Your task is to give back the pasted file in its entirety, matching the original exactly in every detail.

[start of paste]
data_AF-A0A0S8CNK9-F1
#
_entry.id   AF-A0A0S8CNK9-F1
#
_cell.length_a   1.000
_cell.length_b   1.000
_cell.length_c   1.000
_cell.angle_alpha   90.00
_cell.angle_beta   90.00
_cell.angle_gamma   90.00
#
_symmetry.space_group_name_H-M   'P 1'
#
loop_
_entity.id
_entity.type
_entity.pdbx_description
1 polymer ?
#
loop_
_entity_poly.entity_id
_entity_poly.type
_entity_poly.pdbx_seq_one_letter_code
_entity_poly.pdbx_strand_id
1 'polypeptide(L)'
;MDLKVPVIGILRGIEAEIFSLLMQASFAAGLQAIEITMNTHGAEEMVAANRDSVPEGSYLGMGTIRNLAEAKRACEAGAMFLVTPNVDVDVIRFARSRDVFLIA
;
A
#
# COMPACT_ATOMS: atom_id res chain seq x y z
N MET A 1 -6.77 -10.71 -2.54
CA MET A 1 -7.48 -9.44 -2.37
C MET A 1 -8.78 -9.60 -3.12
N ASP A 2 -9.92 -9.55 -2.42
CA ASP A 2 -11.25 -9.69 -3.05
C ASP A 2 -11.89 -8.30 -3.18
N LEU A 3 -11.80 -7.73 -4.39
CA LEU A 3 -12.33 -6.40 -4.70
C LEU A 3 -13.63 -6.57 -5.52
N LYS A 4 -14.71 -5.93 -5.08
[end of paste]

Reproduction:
data_AF-A0A0S8CNK9-F1
#
_entry.id   AF-A0A0S8CNK9-F1
#
_cell.length_a   1.000
_cell.length_b   1.000
_cell.length_c   1.000
_cell.angle_alpha   90.00
_cell.angle_beta   90.00
_cell.angle_gamma   90.00
#
_symmetry.space_group_name_H-M   'P 1'
#
loop_
_entity.id
_entity.type
_entity.pdbx_description
1 polymer ?
#
loop_
_entity_poly.entity_id
_entity_poly.type
_entity_poly.pdbx_seq_one_letter_code
_entity_poly.pdbx_strand_id
1 'polypeptide(L)'
;MDLKVPVIGILRGIEAEIFSLLMQASFAAGLQAIEITMNTHGAEEMVAANRDSVPEGSYLGMGTIRNLAEAKRACEAGAMFLVTPNVDVDVIRFARSRDVFLIA
;
A
#
# COMPACT_ATOMS: atom_id res chain seq x y z
N MET A 1 -6.77 -10.71 -2.54
CA MET A 1 -7.48 -9.44 -2.37
C MET A 1 -8.78 -9.60 -3.12
N ASP A 2 -9.92 -9.55 -2.42
CA ASP A 2 -11.25 -9.69 -3.05
C ASP A 2 -11.89 -8.30 -3.18
N LEU A 3 -11.80 -7.73 -4.39
CA LEU A 3 -12.33 -6.40 -4.70
C LEU A 3 -13.63 -6.57 -5.52
N LYS A 4 -14.71 -5.93 -5.08